Who wins the war? The last man standing…
Wednesday, January 2, 2013 at 2:26PM


First let’s go through some announcement talk. On behalf of everyone at premedhell I would like to apologize for our lack of posting to put it lightly, we know you’re not going to read us every second, but come on, it’s been the better part of year! I mean, jeeze, we survived the end of the world and you can’t even get a post out!? Anyway, more on that later. Secondly, applications are going through, interviews are being had and our fellow peers have to be getting into medical schools by now, so I believe a congratulat-ions is in order! Congratulations, my friends, you did it!!! Thirdly, we hope everyone had a happy holidays this year.

Alright, let’s get down to business...

Losing Sight of What’s Important

You know… we study so many hours a day in science… genetic crossovers, reflection and refraction of light, the importance of a carbonyl group in a substitution reaction. We wake up, we study, we eat occasionally, we go to class, we study again, we go to sleep, and then we do it all over again… day after day after day after day after day… and one day or even a whole slew of days might be fine, we might be able to keep track of things but when it’s one or two years in and you’re on the tenth week of a semester and you can’t see straight, we start to forget why we’re paying rent to sleep in the lobby of a library. In all the books and the extra curriculars and the five points on an exam we forget why we’re actually doing this… we lose sight of what’s important or what’s the most important. We vaguely remember what but we forget why.

Why are we doing this? Or the more important question is why am I doing this? I’ve asked myself that over a thousand times in the last four years… and as corny as it might sound we are all here for the same reason. We all want to be doctors. We all have this burning desire… this intrinsic need to help people… but not just to help people because we live in a service society now so you can help people any which way you like… but we want to help people with their medical and pathological ailments; and there are probably among a hundred other well thought out adjectives for why we want to help people… more or less…

Treading Immorality

This is going to get tricky with morality and righteousness real quick so I’ll speak as safely as I possibly can about this… for those at issue, realize these examples are for the sake of argument.

Let’s say it was almost Armageddon, scarce food and water, certain groups of people live on the world but none of them can be trusted to the point that we trust them in our society right now, everyone you meet is a potential threat to everything you have worked to keep, to your livelihood, to your very existence. But, not just that… that would make it too easy. You have 6 other people that depend on you, you are their protector, and without any of these people your likelihood of survival is severely diminished. Their utility is not the only important consideration; you also care deeply about them. Now, if someone came into your group of people guns blazing and threatened the livelihood of your group…. What would you do?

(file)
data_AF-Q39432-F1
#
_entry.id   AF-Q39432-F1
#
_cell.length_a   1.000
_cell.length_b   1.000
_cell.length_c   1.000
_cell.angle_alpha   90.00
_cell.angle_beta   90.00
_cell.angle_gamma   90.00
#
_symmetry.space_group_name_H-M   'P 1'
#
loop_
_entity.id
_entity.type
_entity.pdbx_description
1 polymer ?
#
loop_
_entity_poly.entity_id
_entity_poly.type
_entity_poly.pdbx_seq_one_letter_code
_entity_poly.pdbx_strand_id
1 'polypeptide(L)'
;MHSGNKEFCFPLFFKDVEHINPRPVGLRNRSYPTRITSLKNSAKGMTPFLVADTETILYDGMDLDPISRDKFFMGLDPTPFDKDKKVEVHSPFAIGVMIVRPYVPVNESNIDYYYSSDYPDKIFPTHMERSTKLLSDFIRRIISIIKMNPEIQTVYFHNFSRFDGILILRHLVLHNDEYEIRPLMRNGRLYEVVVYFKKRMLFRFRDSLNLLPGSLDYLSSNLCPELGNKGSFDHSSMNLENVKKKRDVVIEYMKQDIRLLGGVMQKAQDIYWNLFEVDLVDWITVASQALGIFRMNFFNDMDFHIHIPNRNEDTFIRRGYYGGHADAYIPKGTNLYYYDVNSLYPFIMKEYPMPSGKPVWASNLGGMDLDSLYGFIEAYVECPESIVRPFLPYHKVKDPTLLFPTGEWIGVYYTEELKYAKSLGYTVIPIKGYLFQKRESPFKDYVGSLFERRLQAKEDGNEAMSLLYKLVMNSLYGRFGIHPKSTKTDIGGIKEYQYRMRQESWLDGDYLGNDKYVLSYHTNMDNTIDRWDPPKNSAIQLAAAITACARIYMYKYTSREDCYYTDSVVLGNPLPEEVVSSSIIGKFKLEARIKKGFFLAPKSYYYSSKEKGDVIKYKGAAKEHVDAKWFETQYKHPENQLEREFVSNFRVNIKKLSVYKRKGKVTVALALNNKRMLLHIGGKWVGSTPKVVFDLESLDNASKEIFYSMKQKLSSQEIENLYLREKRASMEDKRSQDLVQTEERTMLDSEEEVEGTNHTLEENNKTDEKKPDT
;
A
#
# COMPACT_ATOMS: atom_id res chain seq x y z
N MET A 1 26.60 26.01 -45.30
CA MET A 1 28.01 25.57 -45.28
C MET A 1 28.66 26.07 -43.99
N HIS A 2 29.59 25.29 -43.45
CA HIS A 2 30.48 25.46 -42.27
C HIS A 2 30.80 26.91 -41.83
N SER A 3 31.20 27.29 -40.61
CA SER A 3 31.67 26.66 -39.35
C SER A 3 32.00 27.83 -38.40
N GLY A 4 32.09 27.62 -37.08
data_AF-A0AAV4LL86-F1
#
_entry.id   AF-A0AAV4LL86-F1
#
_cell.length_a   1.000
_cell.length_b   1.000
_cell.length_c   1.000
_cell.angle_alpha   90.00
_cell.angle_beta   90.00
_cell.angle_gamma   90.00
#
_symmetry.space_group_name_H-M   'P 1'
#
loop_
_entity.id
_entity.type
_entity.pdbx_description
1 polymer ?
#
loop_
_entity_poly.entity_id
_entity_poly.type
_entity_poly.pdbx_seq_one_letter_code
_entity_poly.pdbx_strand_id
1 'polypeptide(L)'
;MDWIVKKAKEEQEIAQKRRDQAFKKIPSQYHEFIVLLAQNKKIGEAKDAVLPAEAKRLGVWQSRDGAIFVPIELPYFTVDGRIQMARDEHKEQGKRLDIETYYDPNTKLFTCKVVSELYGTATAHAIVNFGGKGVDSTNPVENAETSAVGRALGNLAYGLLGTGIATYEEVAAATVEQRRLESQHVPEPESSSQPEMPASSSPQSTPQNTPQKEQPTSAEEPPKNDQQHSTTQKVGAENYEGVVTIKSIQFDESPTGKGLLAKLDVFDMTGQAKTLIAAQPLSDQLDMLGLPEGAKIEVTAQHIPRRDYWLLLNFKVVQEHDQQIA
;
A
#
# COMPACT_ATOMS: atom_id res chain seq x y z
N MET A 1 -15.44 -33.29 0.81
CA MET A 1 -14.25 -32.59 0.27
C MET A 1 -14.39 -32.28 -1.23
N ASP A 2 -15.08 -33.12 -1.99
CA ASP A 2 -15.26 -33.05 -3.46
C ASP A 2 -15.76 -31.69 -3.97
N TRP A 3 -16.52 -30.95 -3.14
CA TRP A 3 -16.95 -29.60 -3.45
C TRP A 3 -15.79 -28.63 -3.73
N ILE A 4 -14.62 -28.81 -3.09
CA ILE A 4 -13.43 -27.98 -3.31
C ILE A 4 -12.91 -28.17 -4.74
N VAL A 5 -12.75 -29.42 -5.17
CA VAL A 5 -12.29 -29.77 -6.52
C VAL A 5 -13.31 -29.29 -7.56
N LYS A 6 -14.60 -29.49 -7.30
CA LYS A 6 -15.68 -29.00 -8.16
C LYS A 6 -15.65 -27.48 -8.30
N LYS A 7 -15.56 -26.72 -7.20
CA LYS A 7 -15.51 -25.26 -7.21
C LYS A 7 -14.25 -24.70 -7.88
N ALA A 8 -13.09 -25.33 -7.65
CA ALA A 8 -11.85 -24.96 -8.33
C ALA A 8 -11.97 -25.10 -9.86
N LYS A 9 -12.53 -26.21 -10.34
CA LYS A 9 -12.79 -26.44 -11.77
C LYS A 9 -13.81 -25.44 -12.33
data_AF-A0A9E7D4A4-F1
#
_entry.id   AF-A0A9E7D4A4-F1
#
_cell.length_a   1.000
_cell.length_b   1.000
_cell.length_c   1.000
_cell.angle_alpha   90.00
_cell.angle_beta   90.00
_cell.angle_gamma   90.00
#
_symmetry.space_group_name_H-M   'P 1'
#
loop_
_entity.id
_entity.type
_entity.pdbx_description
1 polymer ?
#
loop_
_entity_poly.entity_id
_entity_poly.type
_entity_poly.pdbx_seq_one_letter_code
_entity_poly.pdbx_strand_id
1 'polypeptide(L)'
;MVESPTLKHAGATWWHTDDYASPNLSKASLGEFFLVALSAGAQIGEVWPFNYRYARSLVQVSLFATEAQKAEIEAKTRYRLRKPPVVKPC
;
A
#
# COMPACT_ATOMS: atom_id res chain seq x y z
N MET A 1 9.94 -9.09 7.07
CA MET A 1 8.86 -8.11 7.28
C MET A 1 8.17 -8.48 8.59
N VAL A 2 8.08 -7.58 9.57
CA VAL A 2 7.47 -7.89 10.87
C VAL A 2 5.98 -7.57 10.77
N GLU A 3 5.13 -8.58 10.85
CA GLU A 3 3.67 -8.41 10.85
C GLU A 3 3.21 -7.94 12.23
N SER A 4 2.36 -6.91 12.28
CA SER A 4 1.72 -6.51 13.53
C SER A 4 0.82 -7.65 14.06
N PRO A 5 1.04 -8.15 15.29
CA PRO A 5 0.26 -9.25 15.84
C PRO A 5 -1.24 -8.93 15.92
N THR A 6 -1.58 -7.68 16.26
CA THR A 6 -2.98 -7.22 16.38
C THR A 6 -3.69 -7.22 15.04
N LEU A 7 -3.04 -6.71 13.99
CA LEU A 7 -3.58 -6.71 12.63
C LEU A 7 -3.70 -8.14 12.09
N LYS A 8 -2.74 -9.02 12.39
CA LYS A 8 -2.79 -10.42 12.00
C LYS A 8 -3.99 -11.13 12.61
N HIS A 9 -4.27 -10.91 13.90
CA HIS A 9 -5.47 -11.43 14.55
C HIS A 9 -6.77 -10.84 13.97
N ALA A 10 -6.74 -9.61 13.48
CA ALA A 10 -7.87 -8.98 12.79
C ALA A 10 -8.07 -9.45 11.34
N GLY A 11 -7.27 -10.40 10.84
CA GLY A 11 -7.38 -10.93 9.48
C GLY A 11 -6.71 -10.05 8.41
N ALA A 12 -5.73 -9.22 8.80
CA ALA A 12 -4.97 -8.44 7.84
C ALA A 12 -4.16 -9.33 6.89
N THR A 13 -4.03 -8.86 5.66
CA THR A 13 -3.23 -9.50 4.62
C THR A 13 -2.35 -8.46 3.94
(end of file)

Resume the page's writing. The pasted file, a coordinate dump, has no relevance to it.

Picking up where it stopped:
Take a second to really think about it. You’re not sitting around reading a post about medical school or studying science books… you aren’t sitting around in a world where everyone is assumed to be good, law-abiding citizens, where people have barbeques on weekends… you’re not sitting safely at your computer with a  police station down the street… what would you do? Well, I can’t guess what you would do, but you better believe if someone threatened my family like that, if someone threatened something I cared about that much, they better hope they kill me walking in…

Now, let’s say it’s a more realistic situation… yet still impractical, let’s say you’re sitting in your room watching a movie or television or whatever it is that you’re doing in your room. Someone comes into your room with a gun and says, do you have any last words? You have one chance to save yourself… what happens?

Yes, call those examples what you want, corny, too violent, immoral… but what would you do if someone was threatening everything you cared about? It’s hard to say I would just sit idly and watch him do it.

Threatening Your Goals…?

Let’s bring it back to the premed world… In an adrenaline-rushed event to save our lives sometimes it’s easier to make the decision to take back what is ours. Those decisions are a little more defined despite their morality; if I don’t have my life, I don’t exist; I will not let them kill my family; I will not let them take my family’s livelihood from them.